The Student News Site of Sonoma State University

Sonoma State Star

The Student News Site of Sonoma State University

Sonoma State Star

The Student News Site of Sonoma State University

Sonoma State Star

Drink smarter, not harder; a reminder to party responsibly

The weather is getting warmer and more Sonoma State students are heading to the bars. With finals creeping up around the corner, a night out is a good way to destress and have fun with friends, but it is important to remember going out has its risks.

It is inevitable that college students are going to go out and drink, especially in towns like Cotati and Petaluma, where there are multiple bars just down the street from one another. Though these bars are frequented by students, bars are open to the public and anyone over 21 can enter. 

In September the STAR published an article detailing four separate instances of possible druggings happening at bars in and around Sonoma County. Three of the four victims started feeling unwell after their first drink, and all claim the drink was untouched by anyone besides the bartender and themselves. 

 This string of druggings in the area left many concerned for their safety when going out. 

Staying safe should be everybody’s priority, but the more you drink, the lower your inhibitions are, and safety can often take a back seat. News of these potential spikings worried some but students will continue to go out to area bars on a regular basis.

Drugs used to spike drinks are typically odorless, colorless and tasteless. Rohypnol (aka roofie) and Gamma Hydroxybutyrate (GHB) are the most commonly known ‘date-rape’ drugs. Symptoms of these include lowered inhibitions, loss of balance, feeling sleepy, visual impairment, confusion, nausea, vomiting, and unconsciousness, according to Drinkaware. 

If you or a friend ever feel more drunk then you should be, or show any of the symptoms above, find someone you can trust and get help right away. In a previous STAR article, Sonoma State’s Chief of Police Nader Oweis advised that, “students should place a lid on their drinks (if they can), never leave any drinks unattended, don’t accept drinks from strangers, and make sure students go out with a group of people they trust. Most importantly, be aware of your surroundings.”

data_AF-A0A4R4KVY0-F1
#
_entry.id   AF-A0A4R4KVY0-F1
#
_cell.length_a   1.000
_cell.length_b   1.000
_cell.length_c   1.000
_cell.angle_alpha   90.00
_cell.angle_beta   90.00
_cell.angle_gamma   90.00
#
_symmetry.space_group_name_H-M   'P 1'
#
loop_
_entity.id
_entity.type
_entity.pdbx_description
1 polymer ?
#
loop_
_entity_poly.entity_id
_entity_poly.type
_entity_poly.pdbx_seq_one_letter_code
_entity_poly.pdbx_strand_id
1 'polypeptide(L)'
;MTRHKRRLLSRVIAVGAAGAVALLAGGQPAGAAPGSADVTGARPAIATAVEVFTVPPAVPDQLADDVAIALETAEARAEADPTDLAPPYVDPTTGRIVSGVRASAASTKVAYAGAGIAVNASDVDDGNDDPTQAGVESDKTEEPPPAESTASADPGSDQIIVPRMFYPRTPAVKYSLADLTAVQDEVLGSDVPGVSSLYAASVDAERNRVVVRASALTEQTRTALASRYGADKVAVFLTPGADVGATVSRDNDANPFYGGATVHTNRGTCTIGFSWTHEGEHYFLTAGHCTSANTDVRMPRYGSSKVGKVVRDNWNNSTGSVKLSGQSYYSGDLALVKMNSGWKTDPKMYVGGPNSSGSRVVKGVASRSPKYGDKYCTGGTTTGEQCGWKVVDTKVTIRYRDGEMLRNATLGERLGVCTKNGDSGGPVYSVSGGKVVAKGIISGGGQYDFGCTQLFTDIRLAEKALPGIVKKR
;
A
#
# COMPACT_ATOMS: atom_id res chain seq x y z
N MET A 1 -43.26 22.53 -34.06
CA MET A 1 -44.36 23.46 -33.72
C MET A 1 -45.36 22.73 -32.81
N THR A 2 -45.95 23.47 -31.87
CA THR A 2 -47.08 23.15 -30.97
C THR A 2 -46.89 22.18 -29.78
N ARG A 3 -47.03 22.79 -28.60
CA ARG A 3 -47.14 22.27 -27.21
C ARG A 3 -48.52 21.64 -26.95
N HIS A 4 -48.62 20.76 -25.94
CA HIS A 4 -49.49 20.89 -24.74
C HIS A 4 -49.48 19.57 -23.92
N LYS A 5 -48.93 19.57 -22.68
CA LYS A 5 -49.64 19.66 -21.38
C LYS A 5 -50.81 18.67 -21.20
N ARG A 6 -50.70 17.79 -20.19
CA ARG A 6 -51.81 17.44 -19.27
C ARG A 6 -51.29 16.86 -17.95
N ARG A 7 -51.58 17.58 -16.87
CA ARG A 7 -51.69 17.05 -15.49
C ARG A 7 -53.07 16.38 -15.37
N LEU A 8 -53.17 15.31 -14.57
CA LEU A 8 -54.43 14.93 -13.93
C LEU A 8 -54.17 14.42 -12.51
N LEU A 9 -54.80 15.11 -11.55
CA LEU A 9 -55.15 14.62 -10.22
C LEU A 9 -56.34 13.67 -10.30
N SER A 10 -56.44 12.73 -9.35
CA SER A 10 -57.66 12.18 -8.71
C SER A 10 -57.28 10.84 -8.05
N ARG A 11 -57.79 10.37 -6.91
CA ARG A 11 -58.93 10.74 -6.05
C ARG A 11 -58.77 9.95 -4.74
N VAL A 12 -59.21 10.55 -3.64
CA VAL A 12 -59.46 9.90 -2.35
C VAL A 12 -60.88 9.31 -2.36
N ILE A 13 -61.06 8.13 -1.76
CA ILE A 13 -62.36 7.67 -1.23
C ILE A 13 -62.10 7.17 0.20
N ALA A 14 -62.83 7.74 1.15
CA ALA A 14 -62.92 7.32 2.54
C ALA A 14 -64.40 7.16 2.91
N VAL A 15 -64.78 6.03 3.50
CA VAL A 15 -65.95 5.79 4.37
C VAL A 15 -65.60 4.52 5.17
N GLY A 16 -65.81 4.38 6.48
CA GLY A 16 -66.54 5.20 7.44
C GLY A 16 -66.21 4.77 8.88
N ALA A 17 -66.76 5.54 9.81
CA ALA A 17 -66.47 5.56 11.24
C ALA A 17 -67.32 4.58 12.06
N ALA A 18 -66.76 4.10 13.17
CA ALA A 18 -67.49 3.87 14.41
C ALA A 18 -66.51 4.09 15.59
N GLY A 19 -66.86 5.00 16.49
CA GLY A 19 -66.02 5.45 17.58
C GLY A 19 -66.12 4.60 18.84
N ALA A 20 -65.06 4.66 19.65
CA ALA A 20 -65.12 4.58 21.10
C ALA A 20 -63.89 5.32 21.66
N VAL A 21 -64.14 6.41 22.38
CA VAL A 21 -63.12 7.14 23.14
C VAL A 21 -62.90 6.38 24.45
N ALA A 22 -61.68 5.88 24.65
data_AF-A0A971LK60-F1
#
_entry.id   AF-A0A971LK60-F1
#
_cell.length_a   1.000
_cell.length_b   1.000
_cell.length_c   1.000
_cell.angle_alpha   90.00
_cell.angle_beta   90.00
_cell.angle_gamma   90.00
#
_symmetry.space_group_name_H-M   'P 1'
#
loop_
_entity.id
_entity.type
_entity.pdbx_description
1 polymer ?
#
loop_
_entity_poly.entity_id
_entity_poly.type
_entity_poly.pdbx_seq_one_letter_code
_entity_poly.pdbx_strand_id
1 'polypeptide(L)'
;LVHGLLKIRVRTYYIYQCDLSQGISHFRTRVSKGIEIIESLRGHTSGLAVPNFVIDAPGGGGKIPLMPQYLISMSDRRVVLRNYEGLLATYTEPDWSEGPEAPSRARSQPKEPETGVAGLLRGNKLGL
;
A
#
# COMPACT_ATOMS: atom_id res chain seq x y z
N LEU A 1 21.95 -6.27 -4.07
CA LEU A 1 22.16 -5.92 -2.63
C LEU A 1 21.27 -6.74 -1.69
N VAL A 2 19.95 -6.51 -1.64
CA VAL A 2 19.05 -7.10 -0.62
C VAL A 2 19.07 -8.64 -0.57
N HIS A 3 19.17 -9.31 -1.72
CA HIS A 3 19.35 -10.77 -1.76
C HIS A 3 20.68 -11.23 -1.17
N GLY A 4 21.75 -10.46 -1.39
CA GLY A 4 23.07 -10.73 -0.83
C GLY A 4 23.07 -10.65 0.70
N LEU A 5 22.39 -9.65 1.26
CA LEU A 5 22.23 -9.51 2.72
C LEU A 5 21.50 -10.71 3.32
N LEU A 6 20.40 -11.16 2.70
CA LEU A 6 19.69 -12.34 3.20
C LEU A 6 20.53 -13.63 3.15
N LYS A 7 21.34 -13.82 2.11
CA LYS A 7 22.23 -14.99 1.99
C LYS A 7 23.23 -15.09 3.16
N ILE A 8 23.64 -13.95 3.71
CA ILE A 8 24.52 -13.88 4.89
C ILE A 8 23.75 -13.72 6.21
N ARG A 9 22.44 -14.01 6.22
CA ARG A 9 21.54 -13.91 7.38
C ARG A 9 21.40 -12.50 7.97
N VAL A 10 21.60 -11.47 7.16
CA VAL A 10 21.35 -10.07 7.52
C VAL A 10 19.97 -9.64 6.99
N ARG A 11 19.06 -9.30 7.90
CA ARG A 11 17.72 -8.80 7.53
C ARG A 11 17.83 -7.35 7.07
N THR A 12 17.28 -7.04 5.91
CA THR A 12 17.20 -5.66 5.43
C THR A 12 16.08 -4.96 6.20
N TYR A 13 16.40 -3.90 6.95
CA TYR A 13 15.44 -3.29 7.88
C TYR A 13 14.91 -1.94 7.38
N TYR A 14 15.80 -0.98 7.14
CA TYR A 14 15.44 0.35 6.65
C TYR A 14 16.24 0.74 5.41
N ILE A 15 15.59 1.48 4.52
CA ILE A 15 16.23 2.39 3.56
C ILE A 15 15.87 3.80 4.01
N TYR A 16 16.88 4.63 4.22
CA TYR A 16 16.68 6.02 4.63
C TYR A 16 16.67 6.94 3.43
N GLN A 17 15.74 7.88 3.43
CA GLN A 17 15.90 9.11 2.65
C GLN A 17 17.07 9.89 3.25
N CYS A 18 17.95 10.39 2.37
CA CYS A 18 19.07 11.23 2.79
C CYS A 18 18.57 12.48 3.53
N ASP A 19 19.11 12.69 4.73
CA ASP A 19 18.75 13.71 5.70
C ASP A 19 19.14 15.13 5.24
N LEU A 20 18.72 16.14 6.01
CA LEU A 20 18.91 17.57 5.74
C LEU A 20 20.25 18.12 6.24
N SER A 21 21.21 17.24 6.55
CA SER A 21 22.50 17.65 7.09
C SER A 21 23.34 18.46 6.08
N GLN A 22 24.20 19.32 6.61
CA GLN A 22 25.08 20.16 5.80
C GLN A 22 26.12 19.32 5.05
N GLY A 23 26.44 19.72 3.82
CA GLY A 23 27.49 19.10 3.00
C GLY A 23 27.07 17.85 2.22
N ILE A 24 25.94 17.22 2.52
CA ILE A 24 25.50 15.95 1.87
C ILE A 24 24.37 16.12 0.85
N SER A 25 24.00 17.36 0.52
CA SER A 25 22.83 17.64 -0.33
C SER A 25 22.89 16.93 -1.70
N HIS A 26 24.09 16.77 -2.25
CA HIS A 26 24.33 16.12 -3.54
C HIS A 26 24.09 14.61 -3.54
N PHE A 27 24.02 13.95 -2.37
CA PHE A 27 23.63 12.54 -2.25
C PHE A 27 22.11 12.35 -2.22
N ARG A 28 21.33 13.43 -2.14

Last April, the Healdsburg Police Department was investigating multiple instances of drinks allegedly being spiked at Duke’s Spirited Cocktails, a local bar. Duke’s took these allegations very seriously and immediately upgraded their security system and hired more security guards for weekends. They also had all staff complete training with the SAFE Bar Network. 

According to their website, “The SAFE Bar Network is a nonprofit focused on partnering with bars and other alcohol-serving venues to create a workplace culture focused on increasing safety and giving everyone a safe night out.”

This nonprofit organization strives to create safe environments and believes that changing the culture at bars is necessary to create these spaces. The SAFE Bar Network has 86 member bars/venues across the United States. 

More of our local bars need to take the initiative to keep customers safe. Duke’s response to the allegations last year is a step in the right direction, but it’s only one bar, and students frequent many bars in the area. 

Spiked drinks aren’t even the only thing to be worried about when having a night out. Whether at a house party or a bar, drugs like xanax, cocaine and percocets may be present. Though the STAR does not encourage students to partake in the use of drugs, we recognize that drug use will happen, and educating and providing accurate information is an important step to keep students safe. 

These drugs can easily be laced with Fentanyl, a synthetic opioid that can be 50 to 100 times more potent than other drugs like heroin and morphine, according to the CDC. Fentanyl is usually added to powdered substances like cocaine, capsules or pressed pills. 

In mid-April, the Petaluma Argus Courier reported that five Sonoma County residents, aged 19-23, were arrested for the suspicion of trafficking fentanyl. It is in our community and we are not immune to it. 

Being aware of your surroundings and what you consume is crucial. 

Narcan, used to treat narcotic overdoses in an emergency, is available for free in the Student Health Center, with only a brief training needed before it’s given out. 

A night out on the town is supposed to be fun and exciting, but the risk of getting your drink spiked or drugs tampered with is unfortunately ever-present in our community. 

Keep yourself and each other safe. Look out for your friends and even strangers. If you see something, say something.

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